December 31, 2020 marked one year since I began the Great 2020 Dyeing Project Fade Test (which also had a small sidequest of the Madder Adventure), which meant it was time to take down the final fade swatches and process them! For the dyegoods, dyestuffs, dyeing combinations, fiber preparation, and dyeing methods that were involved in preparing for this year-long fade test, please see Part 1.
The final dates for the fade tests shifted only slightly from my original plan:
One week: June 19 – June 26 (originally planned June 13 – June 20 or June 20 – June 27; I split the difference due to the weather around that time)
One month: June 1 – June 30 (no shift)
Three months: April 26 – July 26 (shifted by two days)
Six months: March 16 – September 16 (shifted by one day)
One year: January 1 – December 31 (no shift)
My test of the canary-stained wool (using yarn spun from the yellow tips versus yarn spun from the white roots) lasted three months. I also kept a control swatch of each color and material in a dark place. All the swatches were faded in a south-east facing window for their duration.
Remember those 1272 yards of merino I spun? Well, after I finished spinning it, August was the time for its destiny: the Madder Adventure!
Since I knew madder has a number of exhaust stages (and I wanted to see how many exhaust baths I could get), I divided the 1272 yards (320 grams) into 11 lots of 100 yards (25 grams) plus one lot of 172 yards.
I cold-mordanted the 100 yard lots in 8% alum and 7% cream of tartar (Note: all percentages are a percentage of the weight of goods being dyed). I set aside remaining 172 yards as an unmordanted, undyed control.
The madder I used for all these tests was pre-ground raw goods.
Round One: Clarifying Madder
The method: In previous dyeing projects, I had used too little madder to get a rich red, so I decided to use 100% WOG for this test. However, I had also read that madder would be more of an orange-red if not “clarified” (steeped and poured off). For that reason, I made a “tea” with the madder: I steeped the dyestuff in boiling water for 2 minutes and then poured it off into a pot. I repeated this once, and then used the remaining dye for my main dye bath. However, I also used the dye that was first extracted for a bath, giving me two dye baths. The dyestuff was removed before adding the yarn to the baths. All the goods were at minimum cold-dyed for 24 hours; many were heated or at least left in the hot summer sun for most of the day.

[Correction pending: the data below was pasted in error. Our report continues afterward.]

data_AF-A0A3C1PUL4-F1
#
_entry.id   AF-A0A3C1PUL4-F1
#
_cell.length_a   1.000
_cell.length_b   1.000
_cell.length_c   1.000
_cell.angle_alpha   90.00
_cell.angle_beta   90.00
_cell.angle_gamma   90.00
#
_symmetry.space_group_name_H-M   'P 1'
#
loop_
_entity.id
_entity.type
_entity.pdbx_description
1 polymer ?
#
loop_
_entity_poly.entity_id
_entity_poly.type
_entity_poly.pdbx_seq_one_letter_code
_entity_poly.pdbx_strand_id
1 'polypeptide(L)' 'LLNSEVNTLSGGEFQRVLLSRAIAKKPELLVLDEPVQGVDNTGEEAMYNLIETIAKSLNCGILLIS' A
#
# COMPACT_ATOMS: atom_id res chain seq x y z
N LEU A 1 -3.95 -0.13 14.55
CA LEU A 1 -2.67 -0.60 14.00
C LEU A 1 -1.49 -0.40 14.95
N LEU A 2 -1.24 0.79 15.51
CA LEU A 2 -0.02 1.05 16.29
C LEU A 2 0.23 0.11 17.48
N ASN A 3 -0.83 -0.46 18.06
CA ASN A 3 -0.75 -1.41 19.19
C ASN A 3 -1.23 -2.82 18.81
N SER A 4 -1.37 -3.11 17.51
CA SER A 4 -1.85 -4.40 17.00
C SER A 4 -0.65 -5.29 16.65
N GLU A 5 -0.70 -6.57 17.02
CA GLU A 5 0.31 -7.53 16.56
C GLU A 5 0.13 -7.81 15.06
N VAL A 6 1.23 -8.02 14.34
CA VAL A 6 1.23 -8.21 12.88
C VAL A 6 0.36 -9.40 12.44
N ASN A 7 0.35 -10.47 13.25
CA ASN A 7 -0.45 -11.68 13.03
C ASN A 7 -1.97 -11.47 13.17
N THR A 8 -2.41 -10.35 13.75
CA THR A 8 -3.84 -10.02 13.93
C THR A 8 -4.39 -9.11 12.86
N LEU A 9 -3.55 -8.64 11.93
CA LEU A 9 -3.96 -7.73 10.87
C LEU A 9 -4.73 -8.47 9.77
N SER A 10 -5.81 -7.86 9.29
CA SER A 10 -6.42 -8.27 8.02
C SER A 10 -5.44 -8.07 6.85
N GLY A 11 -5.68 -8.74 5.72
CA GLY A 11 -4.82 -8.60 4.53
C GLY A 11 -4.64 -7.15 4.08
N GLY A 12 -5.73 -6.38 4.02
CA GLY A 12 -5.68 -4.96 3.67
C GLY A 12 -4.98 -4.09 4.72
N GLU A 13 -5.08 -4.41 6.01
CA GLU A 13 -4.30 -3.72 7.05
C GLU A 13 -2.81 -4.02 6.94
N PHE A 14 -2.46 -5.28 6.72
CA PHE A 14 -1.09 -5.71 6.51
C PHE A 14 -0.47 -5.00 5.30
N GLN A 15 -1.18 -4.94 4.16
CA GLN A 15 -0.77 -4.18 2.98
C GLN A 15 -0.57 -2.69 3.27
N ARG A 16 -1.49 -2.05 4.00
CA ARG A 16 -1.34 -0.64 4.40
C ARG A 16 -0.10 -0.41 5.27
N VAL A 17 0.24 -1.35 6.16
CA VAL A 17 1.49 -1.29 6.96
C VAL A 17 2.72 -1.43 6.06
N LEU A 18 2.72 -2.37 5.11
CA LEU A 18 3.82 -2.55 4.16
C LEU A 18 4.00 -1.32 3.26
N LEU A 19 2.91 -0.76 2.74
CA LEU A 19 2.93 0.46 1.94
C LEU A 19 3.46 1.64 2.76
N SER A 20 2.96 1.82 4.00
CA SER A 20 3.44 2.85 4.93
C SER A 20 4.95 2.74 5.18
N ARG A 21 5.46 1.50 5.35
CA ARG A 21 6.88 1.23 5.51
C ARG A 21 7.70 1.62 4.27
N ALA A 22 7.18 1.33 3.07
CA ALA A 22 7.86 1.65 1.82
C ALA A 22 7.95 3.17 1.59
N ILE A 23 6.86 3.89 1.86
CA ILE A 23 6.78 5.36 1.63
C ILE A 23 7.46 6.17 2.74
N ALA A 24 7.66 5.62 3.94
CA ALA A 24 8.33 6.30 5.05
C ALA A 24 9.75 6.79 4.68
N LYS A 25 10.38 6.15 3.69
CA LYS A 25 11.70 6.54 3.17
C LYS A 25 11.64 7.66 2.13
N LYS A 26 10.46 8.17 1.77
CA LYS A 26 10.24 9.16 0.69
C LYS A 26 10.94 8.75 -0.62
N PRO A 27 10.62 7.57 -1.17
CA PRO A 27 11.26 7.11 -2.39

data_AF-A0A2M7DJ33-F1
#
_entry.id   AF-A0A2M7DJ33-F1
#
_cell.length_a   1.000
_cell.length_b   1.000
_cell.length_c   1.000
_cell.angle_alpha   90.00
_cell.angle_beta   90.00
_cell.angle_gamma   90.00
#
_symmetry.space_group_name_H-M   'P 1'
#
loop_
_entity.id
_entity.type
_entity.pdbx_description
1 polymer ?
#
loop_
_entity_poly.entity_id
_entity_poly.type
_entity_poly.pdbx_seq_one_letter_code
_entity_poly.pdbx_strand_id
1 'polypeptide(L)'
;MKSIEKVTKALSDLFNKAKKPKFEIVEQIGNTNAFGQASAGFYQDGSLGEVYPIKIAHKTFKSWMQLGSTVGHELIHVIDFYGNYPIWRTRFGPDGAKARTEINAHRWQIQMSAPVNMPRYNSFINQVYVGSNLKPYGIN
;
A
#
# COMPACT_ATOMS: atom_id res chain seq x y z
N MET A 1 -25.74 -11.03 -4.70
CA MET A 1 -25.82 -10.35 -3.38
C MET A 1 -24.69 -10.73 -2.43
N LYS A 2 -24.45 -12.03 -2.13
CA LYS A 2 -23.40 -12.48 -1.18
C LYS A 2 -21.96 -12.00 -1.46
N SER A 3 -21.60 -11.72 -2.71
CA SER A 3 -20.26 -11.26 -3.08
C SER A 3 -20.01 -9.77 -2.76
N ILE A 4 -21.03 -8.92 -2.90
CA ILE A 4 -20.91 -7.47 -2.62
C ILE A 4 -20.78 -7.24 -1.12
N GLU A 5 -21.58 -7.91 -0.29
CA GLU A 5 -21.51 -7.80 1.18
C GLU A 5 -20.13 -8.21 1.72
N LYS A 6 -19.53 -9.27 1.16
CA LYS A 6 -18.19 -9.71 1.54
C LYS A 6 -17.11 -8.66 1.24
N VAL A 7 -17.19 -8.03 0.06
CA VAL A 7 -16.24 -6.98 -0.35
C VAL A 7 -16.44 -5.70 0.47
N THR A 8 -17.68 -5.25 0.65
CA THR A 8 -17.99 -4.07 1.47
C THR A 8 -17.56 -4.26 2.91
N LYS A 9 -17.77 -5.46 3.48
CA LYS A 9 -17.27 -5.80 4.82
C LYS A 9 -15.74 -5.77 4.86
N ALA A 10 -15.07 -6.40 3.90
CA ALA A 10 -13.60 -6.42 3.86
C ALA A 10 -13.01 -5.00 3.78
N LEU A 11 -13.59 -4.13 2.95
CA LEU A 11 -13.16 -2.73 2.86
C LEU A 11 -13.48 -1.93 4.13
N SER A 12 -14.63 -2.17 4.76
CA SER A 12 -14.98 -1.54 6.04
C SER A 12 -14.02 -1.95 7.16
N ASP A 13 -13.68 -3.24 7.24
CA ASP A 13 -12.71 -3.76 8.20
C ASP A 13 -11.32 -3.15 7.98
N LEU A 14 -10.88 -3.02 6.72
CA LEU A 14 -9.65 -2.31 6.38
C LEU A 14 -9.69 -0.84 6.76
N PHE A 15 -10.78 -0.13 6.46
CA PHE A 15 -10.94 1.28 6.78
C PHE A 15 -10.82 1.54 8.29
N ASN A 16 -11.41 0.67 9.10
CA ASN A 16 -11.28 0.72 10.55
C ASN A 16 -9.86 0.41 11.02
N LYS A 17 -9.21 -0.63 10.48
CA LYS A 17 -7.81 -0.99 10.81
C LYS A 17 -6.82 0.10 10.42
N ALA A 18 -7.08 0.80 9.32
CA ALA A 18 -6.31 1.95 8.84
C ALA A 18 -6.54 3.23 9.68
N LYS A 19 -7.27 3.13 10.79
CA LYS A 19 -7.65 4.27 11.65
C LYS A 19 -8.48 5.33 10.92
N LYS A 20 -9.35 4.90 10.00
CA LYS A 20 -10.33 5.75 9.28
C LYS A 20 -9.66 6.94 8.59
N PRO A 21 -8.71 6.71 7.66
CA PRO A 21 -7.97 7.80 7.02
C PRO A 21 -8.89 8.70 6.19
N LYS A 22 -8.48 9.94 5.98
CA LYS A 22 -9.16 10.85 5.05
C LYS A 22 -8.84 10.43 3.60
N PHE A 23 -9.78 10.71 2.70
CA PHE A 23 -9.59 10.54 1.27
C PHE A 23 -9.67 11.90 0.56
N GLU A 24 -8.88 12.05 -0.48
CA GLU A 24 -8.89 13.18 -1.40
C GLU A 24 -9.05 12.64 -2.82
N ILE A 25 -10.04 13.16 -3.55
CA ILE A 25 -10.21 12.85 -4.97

The results: The clarified bath only lasted for three rounds (two exhausts), while the “tea”-style extraction lasted for five (four exhausts). While the lots dyed in the extraction definitely have more orange tones to them, the red is also richer; the lots from the clarified dye, while less orange and more pink, are also less saturated.
Round Two: Playing with pH
Since I had 300 already-mordanted yards of merino left, and I knew that madder reacts in interesting way to pH changes, I decided to do a smaller pH test. In order to have more skeins for exhaust, I broke my yarn down into smaller lots of 20 yards (5 grams).
Dye and pH: I used 5 grams of madder in single-use tea bags, putting three packets together so that I could have acidic, neutral, and alkaline dye baths. To shift the pH, I used white vinegar for my acid and household ammonia for my alkaline. I aimed for pH 3 for my acidic bath, ~7 for my neutral bath (roughly my water’s regular pH), and ~10 for my alkaline bath.
I went through a lot of pH test strips during this experiment, as I tested the water of every dyebath at the beginning and end of each lot, at minimum.
As I was dyeing, I discovered I was having difficulty with the alkaline slowly shifting to neutral during the process. I believe this is because the cream of tartar in the mordant is an acid, and it started to neutralize the alkaline as the yarn was dyed.
Results: I was incredibly surprised by the results! I was able to get three lots (two exhausts) out of each dye pot. While there were minimal differences between the first lot in the alkaline and the neutral (possibly due to the interference from the cream of tartar in the mordant), the differences really showed up in the exhausts. Because the first alkaline lot presumably absorbed more of the red parts of the dye, the exhausts were primarily creamy-yellows. The neutral had brownish-orange exhausts, while the acid (having absorbed more of the yellow in the first lot) had pinker exhausts. I quite like the pink exhausts, so there may be a number of bright orange-reds in my future, too!
Round Three: Some Weird Lots
By this point, I had done two experiments and still had 120 yards of mordanted yarn left — and already broken into 20 yard lots!
So, I dumped the remainder of the pH tests together, without adjusting the pH (it came out to 5 when I tested at the beginning). I only tracked one specific skein, though I used a couple to absorb the remaining dye; this gave me a red that was unsurprisingly close to my first neutral pH lot.